UN hands over ‘hospital in a container’-A A +A
Saturday, December 14, 2013
TACLOBAN CITY – Two top-ranking officials of the United Nations agencies arrived Saturday to visit the communities that were affected by the Super Typhoon Yolanda.
Dr. Babatunde Osotimehin, UN under-secretary general and executive director of the United Nations Population Fund, first visited the town of Palo, Leyte and handed over the “hospital in a container” to the local authorities.
Also present during the simple ceremony at the Palo Municipal Hall lobby are DOH Secretary Enrique Ona, Usec. Janette Loreto Garin, Govenor Dominic Petilla, Vice Governor Carlo Loreto, and Palo Mayor Remedios Petilla.
We at the UNFPA would like to continue to add value to the work that we do and to your lives, Osotimehin said in his short remarks during the ceremony.
He also expressed thanks to the people of Palo and the national government for giving the space in providing services.
After the handover ceremony, the UNFPA and DOH officials proceeded to San Joaquin Catholic Church in San Joaquin, Palo to personally observe the on-going health mission inside the church building.
In front of the church is now the site of mass grave of hundreds of the victims of Typhoon Yolanda.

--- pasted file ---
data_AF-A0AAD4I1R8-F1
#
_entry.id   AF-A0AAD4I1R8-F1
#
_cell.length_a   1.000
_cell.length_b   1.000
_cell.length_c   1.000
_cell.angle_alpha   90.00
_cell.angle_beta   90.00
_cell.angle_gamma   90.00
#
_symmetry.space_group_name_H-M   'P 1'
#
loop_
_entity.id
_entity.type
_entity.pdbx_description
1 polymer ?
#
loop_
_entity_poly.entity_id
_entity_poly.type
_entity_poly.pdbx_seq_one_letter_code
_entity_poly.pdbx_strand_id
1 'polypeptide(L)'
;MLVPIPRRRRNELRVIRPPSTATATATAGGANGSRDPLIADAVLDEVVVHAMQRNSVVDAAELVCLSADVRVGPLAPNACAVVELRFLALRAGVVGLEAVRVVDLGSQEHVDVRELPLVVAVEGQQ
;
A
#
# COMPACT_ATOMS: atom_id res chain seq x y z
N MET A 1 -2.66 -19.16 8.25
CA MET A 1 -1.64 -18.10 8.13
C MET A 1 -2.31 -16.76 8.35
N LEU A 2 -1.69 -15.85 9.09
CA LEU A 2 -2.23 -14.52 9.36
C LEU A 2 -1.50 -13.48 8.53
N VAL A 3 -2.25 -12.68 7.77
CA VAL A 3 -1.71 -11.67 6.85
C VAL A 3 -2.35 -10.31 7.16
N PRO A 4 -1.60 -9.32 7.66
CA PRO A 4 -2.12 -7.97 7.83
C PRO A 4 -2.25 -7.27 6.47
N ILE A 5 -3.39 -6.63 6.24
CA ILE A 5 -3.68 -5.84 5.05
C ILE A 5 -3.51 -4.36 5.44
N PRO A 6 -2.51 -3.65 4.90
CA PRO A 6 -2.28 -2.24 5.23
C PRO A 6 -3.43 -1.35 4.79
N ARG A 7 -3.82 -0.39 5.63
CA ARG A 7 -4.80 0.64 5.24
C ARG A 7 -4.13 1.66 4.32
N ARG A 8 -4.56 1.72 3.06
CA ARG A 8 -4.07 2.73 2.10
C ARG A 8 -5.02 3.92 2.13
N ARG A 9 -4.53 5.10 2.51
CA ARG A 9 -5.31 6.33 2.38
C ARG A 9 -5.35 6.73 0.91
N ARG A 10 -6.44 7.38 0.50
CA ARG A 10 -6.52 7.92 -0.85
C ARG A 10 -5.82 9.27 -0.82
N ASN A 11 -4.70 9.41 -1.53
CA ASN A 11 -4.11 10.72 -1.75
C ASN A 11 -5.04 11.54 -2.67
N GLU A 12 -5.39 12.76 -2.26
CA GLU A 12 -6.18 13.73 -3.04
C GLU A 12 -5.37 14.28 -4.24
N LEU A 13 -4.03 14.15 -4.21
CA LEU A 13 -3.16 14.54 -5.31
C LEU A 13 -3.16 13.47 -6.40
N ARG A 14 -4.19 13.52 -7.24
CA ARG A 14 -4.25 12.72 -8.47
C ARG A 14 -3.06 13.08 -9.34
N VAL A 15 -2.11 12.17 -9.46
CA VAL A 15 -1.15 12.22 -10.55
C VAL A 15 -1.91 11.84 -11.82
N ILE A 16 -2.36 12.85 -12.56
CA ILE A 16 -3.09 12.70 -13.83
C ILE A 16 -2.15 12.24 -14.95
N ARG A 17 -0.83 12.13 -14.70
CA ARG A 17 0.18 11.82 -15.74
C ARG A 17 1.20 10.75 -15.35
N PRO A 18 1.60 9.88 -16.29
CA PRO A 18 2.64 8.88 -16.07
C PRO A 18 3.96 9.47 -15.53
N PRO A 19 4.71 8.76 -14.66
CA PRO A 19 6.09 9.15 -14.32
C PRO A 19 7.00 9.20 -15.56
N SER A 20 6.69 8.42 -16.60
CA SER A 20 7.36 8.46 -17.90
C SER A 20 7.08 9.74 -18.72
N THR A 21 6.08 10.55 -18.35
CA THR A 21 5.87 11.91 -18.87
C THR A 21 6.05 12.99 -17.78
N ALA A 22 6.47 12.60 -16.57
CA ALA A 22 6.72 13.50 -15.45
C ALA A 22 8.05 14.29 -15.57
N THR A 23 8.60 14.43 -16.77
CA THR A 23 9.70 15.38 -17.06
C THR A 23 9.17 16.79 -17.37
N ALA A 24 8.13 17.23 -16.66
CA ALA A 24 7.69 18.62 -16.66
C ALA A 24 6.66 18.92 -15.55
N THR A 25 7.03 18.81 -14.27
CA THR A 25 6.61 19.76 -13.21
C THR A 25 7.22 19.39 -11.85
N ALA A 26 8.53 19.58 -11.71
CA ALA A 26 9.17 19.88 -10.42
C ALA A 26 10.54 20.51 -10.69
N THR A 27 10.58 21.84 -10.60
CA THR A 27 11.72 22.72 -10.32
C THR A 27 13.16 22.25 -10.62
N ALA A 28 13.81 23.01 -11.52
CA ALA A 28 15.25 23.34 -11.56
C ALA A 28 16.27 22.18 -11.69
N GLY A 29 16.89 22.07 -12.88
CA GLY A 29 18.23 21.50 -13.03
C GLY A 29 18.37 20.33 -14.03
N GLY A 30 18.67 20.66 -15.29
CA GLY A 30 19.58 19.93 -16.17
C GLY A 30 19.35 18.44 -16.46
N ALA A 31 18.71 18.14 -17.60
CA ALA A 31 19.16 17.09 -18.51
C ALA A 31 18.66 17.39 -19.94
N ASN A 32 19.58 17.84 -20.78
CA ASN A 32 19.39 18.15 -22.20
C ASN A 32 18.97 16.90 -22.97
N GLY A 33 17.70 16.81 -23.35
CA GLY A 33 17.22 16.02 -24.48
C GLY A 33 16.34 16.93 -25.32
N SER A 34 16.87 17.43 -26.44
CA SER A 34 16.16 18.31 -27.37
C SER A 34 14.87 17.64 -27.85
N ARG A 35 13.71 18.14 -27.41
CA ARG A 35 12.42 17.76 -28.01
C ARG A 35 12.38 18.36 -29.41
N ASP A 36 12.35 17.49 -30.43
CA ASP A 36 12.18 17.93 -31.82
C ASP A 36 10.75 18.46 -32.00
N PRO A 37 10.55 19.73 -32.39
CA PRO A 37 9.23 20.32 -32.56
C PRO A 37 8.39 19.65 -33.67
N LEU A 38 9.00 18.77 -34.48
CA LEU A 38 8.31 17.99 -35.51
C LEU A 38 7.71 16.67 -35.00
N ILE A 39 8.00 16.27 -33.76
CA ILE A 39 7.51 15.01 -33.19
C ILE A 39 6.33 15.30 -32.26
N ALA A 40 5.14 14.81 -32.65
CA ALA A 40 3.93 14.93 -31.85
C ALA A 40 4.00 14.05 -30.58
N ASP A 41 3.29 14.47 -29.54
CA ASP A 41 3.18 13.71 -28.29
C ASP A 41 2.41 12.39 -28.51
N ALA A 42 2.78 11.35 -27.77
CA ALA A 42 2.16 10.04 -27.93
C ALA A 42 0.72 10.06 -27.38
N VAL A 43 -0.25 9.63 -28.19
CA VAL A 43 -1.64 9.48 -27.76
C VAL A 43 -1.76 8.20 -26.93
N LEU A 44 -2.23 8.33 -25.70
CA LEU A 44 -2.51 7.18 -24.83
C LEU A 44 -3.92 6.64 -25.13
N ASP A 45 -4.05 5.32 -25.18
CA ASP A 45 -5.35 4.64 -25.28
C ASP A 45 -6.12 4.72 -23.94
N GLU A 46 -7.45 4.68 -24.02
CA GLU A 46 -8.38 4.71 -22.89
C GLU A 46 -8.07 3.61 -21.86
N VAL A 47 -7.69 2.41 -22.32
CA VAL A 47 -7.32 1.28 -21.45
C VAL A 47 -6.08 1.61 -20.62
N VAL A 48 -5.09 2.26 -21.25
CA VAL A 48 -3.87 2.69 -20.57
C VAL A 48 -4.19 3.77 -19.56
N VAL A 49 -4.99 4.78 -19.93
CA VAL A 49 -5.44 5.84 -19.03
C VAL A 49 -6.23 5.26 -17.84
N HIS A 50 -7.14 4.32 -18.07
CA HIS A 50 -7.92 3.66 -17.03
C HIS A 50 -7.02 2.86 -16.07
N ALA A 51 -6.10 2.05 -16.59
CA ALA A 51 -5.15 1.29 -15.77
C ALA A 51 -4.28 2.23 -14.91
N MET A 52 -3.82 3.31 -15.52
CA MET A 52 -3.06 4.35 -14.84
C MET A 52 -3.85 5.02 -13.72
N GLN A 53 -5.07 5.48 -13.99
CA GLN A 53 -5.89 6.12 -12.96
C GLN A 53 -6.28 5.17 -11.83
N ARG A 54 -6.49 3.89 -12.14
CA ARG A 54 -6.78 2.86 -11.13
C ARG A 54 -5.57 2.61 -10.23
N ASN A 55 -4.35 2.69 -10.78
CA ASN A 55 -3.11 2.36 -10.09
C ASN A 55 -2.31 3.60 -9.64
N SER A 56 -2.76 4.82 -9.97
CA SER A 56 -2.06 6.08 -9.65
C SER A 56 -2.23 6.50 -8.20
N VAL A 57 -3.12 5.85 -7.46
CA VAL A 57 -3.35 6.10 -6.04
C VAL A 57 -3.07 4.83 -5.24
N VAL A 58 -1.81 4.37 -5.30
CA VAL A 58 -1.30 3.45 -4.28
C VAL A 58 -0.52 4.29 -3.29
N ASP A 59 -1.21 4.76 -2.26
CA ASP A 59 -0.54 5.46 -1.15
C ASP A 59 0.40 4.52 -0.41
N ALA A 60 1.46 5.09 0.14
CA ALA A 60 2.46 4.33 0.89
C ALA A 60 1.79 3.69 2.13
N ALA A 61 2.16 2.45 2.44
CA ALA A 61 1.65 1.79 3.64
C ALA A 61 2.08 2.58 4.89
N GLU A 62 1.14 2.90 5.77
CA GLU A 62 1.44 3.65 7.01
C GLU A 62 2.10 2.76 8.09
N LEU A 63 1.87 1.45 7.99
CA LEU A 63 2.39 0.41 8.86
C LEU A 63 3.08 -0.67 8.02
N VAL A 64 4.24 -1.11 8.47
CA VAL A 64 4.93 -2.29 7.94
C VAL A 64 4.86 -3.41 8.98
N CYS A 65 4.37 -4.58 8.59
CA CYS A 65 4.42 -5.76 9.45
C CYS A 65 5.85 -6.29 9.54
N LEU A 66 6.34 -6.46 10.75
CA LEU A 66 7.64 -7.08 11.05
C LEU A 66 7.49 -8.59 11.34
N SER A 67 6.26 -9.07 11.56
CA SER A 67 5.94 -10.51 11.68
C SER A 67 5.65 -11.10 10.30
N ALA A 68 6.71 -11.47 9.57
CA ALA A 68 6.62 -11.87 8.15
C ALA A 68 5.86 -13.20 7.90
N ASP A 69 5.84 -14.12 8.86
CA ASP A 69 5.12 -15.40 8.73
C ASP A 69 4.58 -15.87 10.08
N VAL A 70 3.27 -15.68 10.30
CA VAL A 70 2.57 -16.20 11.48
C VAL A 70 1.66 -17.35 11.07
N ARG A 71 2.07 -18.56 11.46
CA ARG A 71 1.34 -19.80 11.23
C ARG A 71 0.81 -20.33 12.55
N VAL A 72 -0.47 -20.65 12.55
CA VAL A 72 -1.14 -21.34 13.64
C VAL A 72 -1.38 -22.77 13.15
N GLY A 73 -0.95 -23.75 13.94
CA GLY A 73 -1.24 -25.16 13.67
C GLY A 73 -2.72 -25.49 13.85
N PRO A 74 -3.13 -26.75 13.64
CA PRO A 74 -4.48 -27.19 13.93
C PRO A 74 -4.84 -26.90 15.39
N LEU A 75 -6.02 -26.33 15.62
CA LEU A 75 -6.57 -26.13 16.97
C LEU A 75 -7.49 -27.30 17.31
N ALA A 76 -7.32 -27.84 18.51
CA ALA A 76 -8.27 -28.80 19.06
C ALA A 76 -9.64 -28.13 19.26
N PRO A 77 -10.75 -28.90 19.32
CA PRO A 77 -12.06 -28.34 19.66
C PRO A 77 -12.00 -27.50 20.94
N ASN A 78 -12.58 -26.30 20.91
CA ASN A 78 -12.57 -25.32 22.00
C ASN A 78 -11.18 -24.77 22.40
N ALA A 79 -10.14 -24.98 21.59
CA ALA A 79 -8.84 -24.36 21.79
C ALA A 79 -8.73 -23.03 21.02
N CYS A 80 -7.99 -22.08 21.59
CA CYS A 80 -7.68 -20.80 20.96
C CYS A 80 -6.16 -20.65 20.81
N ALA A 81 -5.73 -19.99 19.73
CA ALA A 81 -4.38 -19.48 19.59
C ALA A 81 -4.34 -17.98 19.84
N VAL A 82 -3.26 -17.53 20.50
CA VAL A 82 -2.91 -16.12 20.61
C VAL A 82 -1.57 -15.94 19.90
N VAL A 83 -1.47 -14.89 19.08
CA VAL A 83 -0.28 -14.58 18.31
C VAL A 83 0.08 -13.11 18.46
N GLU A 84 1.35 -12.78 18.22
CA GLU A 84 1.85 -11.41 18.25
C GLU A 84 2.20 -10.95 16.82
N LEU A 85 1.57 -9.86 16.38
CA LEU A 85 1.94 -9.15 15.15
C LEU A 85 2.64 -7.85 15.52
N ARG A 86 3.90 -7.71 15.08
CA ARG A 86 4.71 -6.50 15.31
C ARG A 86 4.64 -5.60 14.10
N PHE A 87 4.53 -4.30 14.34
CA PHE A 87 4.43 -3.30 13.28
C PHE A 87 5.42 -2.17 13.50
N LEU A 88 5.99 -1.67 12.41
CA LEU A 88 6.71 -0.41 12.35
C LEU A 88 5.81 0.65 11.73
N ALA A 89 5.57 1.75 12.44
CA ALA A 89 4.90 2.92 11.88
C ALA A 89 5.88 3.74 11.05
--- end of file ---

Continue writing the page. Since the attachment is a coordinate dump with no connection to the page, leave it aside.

The UNFPA, in partnership with the Department of Social Welfare and Development, is setting up women-friendly spaces in evacuation centers and affected communities.
Dr. Osorimehin incidentally met with Tony Lake, the UNICEF executive director who was also at the Tacloban Center which is until now remains the evacuation center of several families.
The two UN executives, together with the DOH officials joined a group of women and children who were undergoing sessions. These areas served as a venue for women and girls to avail information on how to protect themselves from gender-based violence, where they can report cases and what services are available to manage these cases.
UNFPA estimates that there are currently 270, pregnant women in the affected areas, 1,000 of whom are giving birth every day. Around 15 percent of them are experiencing complications during delivery and it is prioritizing reaching the areas hardest hit by Yolanda to address these and other health needs. (Sunnex)